And here for his treatment they gave him penicillin, it looks like 400,000units, four times a day, for 3 days, and said "Return on Monday in the p.m., for a repeat smear."
Then on September 30, 1958, "Still has profuse discharge, somewhat clearer,received course of penicillin ending 2 days ago."
In other words, he had finished getting his penicillin. So for this profuse discharge, they treated him with chloromycetin capsules, one, four times a day,and return Monday for smear and culture. Then on September 22-- --
Mr. ELY - I believe the last item was September 20.
Captain DONABEDIAN - Then September 22, 1958, urethral discharge, and it says "September 23"underneath-- "urethral discharge, smear and culture."
The smear showed many pus cells, no organisms noted. The culture showed micrococcus pyogenous vas aurens. This is the type of bacteria that gives adark- greenish color discharge.
Mr. ELY - Does either the results of the smear or the results of the culture say anything about whether or not Oswald had gonorrhea, or can we tell?
Captain DONABEDIAN - Not in this one.
The one above here, we assume he had gonorrhea-- - on the 16th.
Mr. ELY - We would assume he had it, even though, as you pointed out, you could not prove it in court, because it was determined by a smear rather than a culture?
Captain DONABEDIAN - Most of the doctors use this. They may take a smear, and they find that-- intra and extracellular diplococci, they treat the patient for gonorrhea.
Now, the treatment for his micrococcus pyogenous is "continue chloromycetin," Iguess it is four times a day. Yes; it was four times a day. And then continue four times a day. And something was given. And they wanted him to return again.I cannot tell what this is. Instructions, probably. Some instructions were given.
On September 29, 1958, the complaint was urethral discharge. They took a smear.And that was-- "many pus cells were noted, no organisms were noted."
The note underneath is "good response to therapy, has been doing much heavy lifting." They must have given him light duty for 3 days. "To repeat smear, 1 week."
October 6, 1958, the complaint was unrethral discharge. They took a smear. The report was "moderate amount of pus cells, few gram positive cocci."
This is not gonorrhea. "Heavy discharge with occasional burning. Has been doing heavy lifting recently."
"Some heavy discharge with occasional burning of the urination"-- although this says dysurea-- - "has been doing heavy lifting recently."
October 24, 1958, the complaint was unrethral discharge, and they gave him pyridium, one tablet five times a day- one gram five times a day.
No-- "return in 5 days."
They just gave him pyridium, and "d" means to duty, and return in 5 days.
"Smear, few pus cells, some mucus threads noted, occasional gram positive coccinoted."
The next date is hard to tell. Something-- "qid for for 5 days."
The next thing is hard to tell.
Mr. ELY - All right. That entry is illegible.
Captain DONABEDIAN - Page 156. He was admitted to the sick list, 9- 16- 58, diagnosis, "urethritisacute due to gonococcus." This is No. 0303. And in handwriting -- --
Mr. ELY - That is my handwriting, so we will disregard that.
Captain DONABEDIAN - The chief complaint is urethral discharge. "Present illness. Patient complains of a slight discharge and a stinging sensation on urination. Past history-- previous venereal disease. Physical examination, essentially negative,except for thick mucco burn discharge from the urethra. Laboratory. Smear reveals gram negative intra- and extra- cellular diplococci having a morphology resembling gonorrhea."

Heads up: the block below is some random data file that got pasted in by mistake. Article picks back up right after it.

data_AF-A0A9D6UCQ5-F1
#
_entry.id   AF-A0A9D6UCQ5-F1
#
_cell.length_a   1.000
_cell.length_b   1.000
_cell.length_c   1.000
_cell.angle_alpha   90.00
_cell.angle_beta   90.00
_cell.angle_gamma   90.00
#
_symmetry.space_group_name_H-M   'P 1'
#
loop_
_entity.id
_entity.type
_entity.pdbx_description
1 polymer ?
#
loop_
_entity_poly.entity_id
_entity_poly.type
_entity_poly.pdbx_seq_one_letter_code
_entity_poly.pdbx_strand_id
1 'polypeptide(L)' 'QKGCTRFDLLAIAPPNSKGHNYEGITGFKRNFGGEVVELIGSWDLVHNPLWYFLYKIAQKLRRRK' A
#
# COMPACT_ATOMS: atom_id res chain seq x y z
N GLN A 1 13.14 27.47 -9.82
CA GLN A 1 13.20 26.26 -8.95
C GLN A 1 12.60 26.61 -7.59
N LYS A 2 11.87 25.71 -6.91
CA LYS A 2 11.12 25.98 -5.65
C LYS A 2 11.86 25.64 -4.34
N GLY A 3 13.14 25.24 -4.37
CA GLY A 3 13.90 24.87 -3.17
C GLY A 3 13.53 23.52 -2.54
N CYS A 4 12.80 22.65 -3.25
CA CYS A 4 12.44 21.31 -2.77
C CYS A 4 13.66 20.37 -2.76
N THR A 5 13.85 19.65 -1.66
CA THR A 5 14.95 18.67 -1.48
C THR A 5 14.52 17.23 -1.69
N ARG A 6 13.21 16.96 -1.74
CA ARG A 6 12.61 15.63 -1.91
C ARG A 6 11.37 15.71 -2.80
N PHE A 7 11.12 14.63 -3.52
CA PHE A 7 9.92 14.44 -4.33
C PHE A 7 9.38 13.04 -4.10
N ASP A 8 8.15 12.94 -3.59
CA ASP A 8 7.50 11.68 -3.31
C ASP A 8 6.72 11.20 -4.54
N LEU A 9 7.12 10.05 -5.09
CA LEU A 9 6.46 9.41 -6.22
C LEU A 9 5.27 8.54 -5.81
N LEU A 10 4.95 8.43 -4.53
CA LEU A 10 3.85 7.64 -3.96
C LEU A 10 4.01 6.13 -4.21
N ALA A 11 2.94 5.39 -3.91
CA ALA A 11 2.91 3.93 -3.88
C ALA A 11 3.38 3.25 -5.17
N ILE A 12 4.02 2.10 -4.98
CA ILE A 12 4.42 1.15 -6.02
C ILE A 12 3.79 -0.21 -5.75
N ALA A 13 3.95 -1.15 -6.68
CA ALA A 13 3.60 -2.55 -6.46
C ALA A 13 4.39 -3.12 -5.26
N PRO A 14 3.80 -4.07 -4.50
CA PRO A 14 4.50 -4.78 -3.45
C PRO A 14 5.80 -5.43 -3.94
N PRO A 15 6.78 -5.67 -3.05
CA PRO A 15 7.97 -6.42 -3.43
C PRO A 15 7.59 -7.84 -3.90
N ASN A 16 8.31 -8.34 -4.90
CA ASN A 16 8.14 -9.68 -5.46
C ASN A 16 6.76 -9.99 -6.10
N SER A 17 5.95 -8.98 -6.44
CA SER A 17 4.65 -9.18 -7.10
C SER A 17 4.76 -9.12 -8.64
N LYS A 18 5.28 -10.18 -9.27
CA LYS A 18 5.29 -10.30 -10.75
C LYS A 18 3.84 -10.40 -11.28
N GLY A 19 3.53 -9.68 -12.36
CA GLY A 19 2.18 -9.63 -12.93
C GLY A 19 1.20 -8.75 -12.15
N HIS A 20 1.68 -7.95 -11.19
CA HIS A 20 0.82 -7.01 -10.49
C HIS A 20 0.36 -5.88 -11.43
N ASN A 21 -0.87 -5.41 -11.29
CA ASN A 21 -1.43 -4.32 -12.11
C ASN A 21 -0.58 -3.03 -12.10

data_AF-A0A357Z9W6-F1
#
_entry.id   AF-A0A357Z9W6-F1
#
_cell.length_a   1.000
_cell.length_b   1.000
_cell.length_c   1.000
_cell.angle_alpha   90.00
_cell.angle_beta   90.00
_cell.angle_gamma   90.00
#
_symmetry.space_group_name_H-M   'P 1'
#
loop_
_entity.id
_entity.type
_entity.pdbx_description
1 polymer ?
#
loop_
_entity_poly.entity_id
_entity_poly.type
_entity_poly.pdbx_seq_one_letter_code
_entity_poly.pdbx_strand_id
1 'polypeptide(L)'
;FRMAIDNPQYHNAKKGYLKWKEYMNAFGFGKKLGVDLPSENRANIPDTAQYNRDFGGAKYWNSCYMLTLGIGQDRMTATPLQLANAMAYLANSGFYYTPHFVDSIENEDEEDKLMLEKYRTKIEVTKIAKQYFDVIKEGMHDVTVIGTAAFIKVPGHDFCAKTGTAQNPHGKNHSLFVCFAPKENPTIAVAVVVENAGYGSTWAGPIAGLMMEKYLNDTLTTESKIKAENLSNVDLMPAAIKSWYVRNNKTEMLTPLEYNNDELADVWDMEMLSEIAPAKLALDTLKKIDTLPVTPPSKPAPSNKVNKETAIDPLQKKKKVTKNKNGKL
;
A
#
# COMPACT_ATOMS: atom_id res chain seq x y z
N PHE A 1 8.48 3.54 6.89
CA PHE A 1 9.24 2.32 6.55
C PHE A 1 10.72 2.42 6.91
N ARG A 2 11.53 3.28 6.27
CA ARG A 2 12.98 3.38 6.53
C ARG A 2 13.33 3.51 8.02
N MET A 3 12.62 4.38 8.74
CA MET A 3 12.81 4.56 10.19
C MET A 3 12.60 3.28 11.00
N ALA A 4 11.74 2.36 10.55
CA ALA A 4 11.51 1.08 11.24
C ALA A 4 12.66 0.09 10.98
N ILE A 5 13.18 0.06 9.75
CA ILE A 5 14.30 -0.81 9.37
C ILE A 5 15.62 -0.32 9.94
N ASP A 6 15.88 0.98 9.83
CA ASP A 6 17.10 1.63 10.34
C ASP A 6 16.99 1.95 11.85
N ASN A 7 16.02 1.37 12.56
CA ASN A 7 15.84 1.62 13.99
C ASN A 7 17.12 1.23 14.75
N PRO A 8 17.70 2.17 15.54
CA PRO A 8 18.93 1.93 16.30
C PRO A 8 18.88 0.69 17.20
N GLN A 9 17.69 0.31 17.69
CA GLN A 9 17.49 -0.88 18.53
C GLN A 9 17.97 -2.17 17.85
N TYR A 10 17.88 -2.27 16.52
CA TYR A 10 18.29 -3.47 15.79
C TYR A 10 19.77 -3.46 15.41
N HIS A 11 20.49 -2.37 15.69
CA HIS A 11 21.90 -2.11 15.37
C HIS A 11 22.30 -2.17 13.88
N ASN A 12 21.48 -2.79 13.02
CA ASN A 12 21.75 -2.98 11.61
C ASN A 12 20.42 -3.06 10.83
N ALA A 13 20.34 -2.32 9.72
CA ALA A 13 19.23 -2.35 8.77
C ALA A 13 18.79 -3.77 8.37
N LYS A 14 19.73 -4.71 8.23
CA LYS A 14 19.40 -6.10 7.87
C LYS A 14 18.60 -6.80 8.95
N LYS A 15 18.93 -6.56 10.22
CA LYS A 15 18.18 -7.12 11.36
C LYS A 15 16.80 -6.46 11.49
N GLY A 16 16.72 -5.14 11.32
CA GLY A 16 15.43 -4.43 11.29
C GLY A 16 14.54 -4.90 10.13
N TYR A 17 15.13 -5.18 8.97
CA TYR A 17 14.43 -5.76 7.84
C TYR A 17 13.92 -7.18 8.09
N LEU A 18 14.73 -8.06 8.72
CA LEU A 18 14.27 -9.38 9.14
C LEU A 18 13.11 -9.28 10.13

Unless they took a culture to grow the germ out, they could not absolutely be certain.
Mr. ELY - You mentioned that under this previous history column it mentioned "previous VD." Does that mean that Oswald had had it prior to this time?
Captain DONABEDIAN - At another time, in his past, whenever that would be. It could have been while he was in the service, although we didn't notice in these records. But he could have had it before he came in the service. VD could be any venereal disease. There are five different kinds.
Mr. ELY - But you have not seen any reference in his medical records to any prior case during his military career?
Captain DONABEDIAN - No; except those that we reported within those dates. Treatment was procaine penicillin, 900,000 units, intramuscularly for 3 days.
Now, you remember when we read the other report it looked like 400,000 units. It is most apt to be 900,000 units.
Mr. ELY - It should be noted page 156 contains typewriting rather than handwriting as the other one did. And I believe this entry on page 156 is something of a summary.
Captain DONABEDIAN - This is a summary. He was admitted on 9- 16- 58, and discharged on the same day. But they readmitted these VD cases for statistical purposes, so we can keep track of how many people have been in contact with this. And he was sent to duty under treatment and observation.
Mr. ELY - Would it be fair to say, Doctor, summarizing your testimony as to these few pages, that this looks, as far as we can tell, like a typical case of gonorrhea?
Captain DONABEDIAN - Yes; it does.
Mr. ELY - Nothing extraordinary about it? But it certainly does seem that he did have gonorrhea at this point?
Captain DONABEDIAN - Right.
Mr. ELY - These medical records also contain entries relating to the gunshot wound received by Oswald in connection with the .22- caliber pistol he had stored in his footlocker. I believe those entries are self- explanatory. Also, in filling out his own forms on physicals, Oswald made reference to a mastoid operation which he had had when he was a child. This, also, I think, is something we don't have to go into at this point.
Doctor, I will ask you, in conclusion, if you, in looking through his medical records, have noticed anything which we have not mentioned which seems to you extraordinary-- anything over and above the normal marine's complaints.
Captain DONABEDIAN - No; not offhand. He had a sore throat, which many boys have in the service.He had a cold. And he had one other infection, otitis media, in 1957.
Mr. ELY - That reference appears at page 150.
Captain DONABEDIAN - And they give him penicillin, 600,000 units, 5 days. I see nothing else.
Mr. ELY - In that case, Doctor, we will thank you very much for helping to explain these records for us.
Captain DONABEDIAN - Thank you.